The next loss: of one of my best friends to suicide was a few months ago. Being in psychiatric hospitals and blogging about mental health has meant I’ve inevitably gotten to know people who’ve ended up taking their own life so I kind of worried that I’d become hardened or immune to it. That maybe it didn’t mean as much as it would to someone who’d never lost a loved one like this. Losing her though, really reassured me that this wasn’t the case; it wasn’t any easier or less upsetting. I wasn’t emotionless.

Unfortunately, we had fallen out not long before her death so, because of that, I struggled with thoughts that I wasn’t really entitled to be grieving. I was very conscious that she had family and other best friends who would be feeling a whole lot worse than me and so I was reluctant to talk about it online because I thought people might hold that same belief. And feeling unable to talk about it was really hard for me because – whilst I still have some things that’re completely private – I think I’m such an honest and open person. I also thought that sharing loss through suicide is so important to raise awareness of mental health and the impact suicide can have. And being unable to talk about in that way left me feeling fairly alone and kind of useless because using I’m NOT Disordered as a platform to help others in some way, really gives me a sense of purpose. Feeling that sadness about not blogging led to worries that I was being selfish. I mean, her death shouldn’t become about me. I shouldn’t ‘moan’ that I can’t do something that’ll help me when her children have no mum and her family have lost their loved one… Like, what was my struggle compared with theirs? Was it worthy of being talked about?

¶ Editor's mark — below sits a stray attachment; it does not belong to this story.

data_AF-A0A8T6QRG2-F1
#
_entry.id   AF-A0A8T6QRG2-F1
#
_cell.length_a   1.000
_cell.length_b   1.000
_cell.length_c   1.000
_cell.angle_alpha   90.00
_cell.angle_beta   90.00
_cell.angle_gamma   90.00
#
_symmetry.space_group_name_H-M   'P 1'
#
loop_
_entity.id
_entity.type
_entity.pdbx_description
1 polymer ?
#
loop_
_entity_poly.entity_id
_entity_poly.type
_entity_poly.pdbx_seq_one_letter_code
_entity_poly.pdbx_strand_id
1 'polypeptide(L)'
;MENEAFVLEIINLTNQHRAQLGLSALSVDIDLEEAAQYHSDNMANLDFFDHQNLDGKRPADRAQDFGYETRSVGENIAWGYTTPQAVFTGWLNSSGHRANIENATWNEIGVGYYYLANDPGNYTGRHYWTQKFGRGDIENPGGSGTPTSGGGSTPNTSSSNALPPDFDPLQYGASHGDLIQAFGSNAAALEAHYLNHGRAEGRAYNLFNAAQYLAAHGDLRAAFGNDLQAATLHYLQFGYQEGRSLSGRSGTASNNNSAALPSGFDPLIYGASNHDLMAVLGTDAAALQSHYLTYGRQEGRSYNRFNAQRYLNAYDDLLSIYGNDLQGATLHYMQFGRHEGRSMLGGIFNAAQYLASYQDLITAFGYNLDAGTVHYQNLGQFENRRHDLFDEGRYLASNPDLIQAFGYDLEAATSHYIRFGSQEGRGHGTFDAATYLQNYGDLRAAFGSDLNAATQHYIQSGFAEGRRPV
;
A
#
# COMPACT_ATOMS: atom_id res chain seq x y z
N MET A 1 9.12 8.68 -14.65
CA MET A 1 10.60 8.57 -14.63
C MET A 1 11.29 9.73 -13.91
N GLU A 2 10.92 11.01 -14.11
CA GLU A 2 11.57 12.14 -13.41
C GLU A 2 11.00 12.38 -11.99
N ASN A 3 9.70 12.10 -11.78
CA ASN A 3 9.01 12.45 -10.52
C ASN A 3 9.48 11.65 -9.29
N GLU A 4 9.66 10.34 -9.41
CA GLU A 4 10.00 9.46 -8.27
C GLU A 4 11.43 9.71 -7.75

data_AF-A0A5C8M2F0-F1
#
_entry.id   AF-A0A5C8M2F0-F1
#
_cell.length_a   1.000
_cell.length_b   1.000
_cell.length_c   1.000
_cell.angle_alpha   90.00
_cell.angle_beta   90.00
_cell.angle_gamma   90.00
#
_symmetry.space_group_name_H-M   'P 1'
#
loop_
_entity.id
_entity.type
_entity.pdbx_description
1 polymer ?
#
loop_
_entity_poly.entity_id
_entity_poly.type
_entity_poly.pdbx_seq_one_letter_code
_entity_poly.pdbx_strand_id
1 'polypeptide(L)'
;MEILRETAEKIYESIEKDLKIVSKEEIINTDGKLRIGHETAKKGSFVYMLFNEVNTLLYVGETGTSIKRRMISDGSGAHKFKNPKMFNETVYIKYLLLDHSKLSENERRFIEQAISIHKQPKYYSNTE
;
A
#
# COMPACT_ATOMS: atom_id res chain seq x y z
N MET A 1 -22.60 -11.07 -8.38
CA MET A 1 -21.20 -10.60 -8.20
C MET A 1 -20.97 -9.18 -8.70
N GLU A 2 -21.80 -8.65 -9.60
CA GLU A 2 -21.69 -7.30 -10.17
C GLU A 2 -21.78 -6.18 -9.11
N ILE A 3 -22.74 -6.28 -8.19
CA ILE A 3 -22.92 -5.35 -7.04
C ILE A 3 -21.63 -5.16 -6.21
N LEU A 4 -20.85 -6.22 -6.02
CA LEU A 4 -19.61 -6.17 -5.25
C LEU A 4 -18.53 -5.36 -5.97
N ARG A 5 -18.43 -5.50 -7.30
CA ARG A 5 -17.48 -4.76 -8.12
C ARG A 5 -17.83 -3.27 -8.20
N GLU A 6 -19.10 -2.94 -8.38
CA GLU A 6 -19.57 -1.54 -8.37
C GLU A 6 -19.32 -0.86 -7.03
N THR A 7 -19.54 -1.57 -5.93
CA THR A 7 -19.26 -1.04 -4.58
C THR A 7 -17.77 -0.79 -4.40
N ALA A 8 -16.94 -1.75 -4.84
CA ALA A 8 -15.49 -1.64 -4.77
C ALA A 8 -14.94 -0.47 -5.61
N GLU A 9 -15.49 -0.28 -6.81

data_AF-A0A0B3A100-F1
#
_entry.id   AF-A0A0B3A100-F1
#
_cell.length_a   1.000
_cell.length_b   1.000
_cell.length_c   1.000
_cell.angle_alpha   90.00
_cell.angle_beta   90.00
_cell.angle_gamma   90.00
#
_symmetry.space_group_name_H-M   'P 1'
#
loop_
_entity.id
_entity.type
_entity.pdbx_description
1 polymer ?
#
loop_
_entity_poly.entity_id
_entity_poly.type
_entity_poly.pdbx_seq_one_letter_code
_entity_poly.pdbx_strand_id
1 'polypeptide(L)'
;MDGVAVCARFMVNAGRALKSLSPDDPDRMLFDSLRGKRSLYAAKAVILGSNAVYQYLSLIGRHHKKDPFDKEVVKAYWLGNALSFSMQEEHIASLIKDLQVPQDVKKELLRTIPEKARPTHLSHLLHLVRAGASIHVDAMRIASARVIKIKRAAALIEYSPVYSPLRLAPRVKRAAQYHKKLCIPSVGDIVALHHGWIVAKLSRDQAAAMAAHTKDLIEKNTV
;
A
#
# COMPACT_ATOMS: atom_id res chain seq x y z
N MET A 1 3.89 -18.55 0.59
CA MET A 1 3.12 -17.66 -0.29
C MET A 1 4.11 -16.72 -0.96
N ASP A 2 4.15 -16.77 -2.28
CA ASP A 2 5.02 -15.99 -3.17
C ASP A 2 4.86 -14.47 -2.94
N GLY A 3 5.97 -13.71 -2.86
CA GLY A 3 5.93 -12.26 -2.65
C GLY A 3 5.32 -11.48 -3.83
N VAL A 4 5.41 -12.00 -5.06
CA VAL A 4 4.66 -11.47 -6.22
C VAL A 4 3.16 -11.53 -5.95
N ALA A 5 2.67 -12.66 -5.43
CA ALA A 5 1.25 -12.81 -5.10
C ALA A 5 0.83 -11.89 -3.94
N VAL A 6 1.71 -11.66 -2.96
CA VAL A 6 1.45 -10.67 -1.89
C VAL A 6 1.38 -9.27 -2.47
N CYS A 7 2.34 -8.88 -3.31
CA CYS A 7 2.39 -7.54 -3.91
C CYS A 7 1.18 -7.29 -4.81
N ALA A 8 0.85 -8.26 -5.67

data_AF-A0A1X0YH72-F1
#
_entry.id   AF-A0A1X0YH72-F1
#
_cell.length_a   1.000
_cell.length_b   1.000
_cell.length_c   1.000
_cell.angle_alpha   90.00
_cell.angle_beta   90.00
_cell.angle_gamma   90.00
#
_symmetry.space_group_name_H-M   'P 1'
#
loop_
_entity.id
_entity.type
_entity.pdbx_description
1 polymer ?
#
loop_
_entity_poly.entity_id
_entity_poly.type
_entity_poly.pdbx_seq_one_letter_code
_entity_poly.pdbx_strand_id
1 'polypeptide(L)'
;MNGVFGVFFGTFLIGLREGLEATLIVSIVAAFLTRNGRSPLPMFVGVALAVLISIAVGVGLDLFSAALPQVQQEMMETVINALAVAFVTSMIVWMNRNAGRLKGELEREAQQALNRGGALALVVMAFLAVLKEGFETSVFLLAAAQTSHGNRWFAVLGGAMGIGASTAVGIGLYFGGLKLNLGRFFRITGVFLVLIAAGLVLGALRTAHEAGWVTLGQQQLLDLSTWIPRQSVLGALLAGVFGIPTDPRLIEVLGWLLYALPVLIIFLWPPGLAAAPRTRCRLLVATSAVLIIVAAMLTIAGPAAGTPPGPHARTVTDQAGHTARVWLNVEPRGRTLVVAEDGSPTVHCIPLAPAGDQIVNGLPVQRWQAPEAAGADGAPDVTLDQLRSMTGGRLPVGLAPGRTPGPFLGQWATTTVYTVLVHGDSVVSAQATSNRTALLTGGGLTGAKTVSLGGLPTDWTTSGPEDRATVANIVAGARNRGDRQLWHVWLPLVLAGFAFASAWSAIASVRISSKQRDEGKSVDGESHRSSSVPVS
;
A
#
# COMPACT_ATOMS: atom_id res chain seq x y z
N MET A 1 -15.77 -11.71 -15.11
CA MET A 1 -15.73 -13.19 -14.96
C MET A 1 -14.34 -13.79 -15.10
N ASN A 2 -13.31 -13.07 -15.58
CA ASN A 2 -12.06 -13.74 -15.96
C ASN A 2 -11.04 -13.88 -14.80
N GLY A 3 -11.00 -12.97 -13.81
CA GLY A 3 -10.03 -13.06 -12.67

Losing my mentor, Dave was different again. I was able to blog about his passing, so I felt more supported and writing about his death – being able to say all the things that were going through my head – was really therapeutic. It also helped me to have the opportunity to think about him and encourage happy memories of my time with him to come to the front of my mind.

Dave’s death was also very unfamiliar in terms of who he was and what he’d meant to my life. I mean, I saw him as a mentor in my ‘work’ and ‘career’ and I had never lost someone like that before so my thoughts and feelings felt different to those around other losses and that made experiencing them all the more scary.

What you should NEVER do:

Criticise someone for how they cope through their grief.



I feel like this is definitely something I’m experienced in! Just because I have seizures quite a lot and sometimes, I’m in random places when they happen so I’ve had a few injuries from them.

My most recent one has been to the AC Joint which is the joint at the end of your collarbone. Initially, I ‘separated’ it which was referred to as a dislocation but rather than having to push it back in position, I had to wear a special sling thing that slowly pulled it back into place. Not long after that happened, I then properly dislocated it and actually had to have it put back in position at hospital. From that, the pain got worse than it’d been from the original injury and I saw an Orthopaedic Surgeon who said that she suspected my Auxiliary Nerve had been trapped when they’d put the shoulder back in. She suggested I do three months of physiotherapy and if there was no improvement then they’d consider some tests and maybe even surgery.